|My Run leg sucks. . .||js5280|
Jul 2, 2003 2:35 PM
|Okay, I used to be a decent runner in high school and keep up with the track people even though I wasn't on the team. Nowadays my running sucks. I'm usually mid-pack on the swim, top 1/3 on the bike, and bottom 1/3 on the run. I can run a 8:30-9 min/miles (non-brick) during training but typically run 9:40-9:50 during the event. My legs always feel tight and my stride short. If I try to ignore it, my heartrate shoots up. Nothing like when I'm training. I must admit, I usually go for 5k training runs and maybe one or two 10k runs before an Olympic event, maybe 2-3 times a week, usually no bricks though. Probably should do more running but some of it is a recent busy schedule, another part is running is my least favorite of the three. Still this last event, I focused on running a lot more than the past, yet had the same results.
I'm not leaving it all out on the bike leg, I come into T2 spinning easy and no significant lactic acid buildup or loss of leg strength. Do I just need to run the longer distances and/or more frequently? Should I focus on more bricks? Should I look at my bike fit? I just went to a Tri bike, but I had the same problem on my other bike. Any other ideas from others who turned around their lackluster run times?
|re: My Run leg sucks. . .||globalhelipimp|
Jul 2, 2003 9:51 PM
|Being a runner in high school myself, I would do great in the workouts, but I'd often psych myself out in the actual race, whether it be 200m sprint or 5k cross-country race. If you have the mindset (and I'm not saying you do) that you're going to do awful on the third leg of a tri, you will. Being there mentally is important as well as physically.
Another key issue is running in itself: gradually up your mileage. If you don't train as much for your running as you do for swimming or biking, you typically will not do as well. If you hate the running leg in your tri, say "I LOVE RUNNING" inside your mind before the race, during the race, and after the race.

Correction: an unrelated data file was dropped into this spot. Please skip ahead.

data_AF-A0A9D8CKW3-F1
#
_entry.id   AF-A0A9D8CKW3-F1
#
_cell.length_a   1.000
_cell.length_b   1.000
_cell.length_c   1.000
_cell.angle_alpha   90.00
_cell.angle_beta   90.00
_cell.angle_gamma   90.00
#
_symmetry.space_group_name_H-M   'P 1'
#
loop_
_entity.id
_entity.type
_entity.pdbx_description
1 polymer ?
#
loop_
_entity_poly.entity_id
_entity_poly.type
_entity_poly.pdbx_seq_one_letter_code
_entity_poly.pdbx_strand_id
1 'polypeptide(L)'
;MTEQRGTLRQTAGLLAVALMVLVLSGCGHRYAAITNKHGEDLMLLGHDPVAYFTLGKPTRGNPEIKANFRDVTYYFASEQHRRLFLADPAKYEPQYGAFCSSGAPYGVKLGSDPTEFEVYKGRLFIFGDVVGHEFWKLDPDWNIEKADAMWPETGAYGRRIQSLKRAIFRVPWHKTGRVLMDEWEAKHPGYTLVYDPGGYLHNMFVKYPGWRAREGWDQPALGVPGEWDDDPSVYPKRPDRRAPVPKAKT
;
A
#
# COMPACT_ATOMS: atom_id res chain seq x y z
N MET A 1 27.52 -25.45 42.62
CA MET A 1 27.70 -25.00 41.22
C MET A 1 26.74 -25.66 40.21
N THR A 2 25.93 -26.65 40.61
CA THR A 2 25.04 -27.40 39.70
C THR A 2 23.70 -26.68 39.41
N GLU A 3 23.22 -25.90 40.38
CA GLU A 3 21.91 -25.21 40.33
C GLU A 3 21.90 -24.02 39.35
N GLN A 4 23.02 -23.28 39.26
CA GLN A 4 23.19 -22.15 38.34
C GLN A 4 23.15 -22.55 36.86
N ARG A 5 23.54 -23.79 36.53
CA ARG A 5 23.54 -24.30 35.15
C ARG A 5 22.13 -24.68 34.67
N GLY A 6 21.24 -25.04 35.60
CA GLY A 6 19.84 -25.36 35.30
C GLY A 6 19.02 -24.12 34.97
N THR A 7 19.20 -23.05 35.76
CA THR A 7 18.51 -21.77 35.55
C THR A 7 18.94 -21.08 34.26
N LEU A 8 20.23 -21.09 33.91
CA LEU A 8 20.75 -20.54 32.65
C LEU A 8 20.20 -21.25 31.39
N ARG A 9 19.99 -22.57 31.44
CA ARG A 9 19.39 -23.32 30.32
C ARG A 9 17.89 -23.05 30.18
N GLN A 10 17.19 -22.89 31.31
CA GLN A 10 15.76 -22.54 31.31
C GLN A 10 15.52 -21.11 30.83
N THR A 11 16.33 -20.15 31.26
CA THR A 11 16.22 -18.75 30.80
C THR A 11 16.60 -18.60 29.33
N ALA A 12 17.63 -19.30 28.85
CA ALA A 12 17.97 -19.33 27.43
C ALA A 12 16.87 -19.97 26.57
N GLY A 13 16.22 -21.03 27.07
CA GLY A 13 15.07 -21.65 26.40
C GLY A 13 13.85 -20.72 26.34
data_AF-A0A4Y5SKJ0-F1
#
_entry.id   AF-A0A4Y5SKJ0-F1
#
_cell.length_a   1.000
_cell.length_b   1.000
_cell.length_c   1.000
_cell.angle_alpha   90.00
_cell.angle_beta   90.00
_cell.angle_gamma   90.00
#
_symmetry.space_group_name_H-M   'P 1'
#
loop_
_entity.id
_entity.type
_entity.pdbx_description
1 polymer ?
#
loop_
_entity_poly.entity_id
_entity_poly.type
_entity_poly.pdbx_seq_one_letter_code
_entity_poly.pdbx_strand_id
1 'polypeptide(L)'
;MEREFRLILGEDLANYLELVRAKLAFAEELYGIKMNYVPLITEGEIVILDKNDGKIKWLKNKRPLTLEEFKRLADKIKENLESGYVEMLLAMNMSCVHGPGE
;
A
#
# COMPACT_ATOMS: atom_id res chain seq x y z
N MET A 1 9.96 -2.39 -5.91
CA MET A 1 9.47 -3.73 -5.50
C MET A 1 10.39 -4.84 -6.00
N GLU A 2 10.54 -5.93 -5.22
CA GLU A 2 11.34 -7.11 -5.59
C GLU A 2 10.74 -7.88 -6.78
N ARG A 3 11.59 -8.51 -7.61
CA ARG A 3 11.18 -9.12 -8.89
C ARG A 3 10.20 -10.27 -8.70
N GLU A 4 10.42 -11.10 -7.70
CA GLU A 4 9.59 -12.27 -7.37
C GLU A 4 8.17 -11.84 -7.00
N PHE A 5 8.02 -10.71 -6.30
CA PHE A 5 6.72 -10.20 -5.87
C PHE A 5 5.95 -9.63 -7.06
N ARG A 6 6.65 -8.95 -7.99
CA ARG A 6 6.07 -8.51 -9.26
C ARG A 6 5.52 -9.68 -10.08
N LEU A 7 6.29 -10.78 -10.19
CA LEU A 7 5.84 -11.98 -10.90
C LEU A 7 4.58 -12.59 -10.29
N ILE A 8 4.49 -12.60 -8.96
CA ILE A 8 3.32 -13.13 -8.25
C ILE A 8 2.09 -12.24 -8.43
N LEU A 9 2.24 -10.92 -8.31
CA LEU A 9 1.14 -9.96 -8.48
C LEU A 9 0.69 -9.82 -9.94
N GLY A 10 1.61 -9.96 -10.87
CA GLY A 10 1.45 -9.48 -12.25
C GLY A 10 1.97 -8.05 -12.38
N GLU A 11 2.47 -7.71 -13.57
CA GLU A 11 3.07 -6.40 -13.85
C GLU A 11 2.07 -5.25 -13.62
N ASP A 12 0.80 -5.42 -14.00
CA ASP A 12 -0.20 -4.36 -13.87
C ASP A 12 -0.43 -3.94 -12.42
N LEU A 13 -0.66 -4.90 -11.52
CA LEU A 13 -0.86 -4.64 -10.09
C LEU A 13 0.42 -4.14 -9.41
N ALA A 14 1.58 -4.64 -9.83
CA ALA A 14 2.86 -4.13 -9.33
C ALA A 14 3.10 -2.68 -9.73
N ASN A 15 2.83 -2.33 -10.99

I went to a running camp and one of the conselors said if we hated running hills, then we should say "I LOVE HILLS" 26 times, and we'd eventually become better at them.
Sure enough, my friends did get better during the hill workouts and on the 5k courses. You've got to be there mentally or you'll fail physically.
I don't know what you mean when you say "bricks" because I don't do tri's, but I'm hoping to soon.
Anyway, I hope this information helps out, and good luck to you.
|re: My Run leg sucks. . .||brider|
Jul 3, 2003 1:11 PM
|The bricks will help you deal with the strange feeling of runing off the bike, and help you get into a normal stride sooner, but the don't really directly affect your speed.
Are you doing running intervals? I'm tinking there's some flexibility issues to address, but you also need to train fast to race fast (same as on the bike).
|re: My Run leg sucks. . .||rrjc5488|
Jul 5, 2003 8:53 AM
|Definitley do intervals, go down to your local track and do 800M(4-6 and increase when you feel you can)intervals on about 4 minutes, this is what we do in track (yeah I'm only 15). It seems to work considering we have kids who run 4:26 miles, and a a 10:20 two mile. But dont count only on this, also do long runs (10K, 15K for olympic distance). Endurance runs with speed work (intervals) should take a chunk of time out of your run. good luck!|
|Thanks for the advice!||js5280|
Jul 6, 2003 3:25 PM
|I'll try some different thing out and see if it helps. I have an Xterra in two weeks and a Olympic mid-Aug so another two 10k's to tackle. Thanks for taking the time to respond. Good luck with your seasons. . .|| |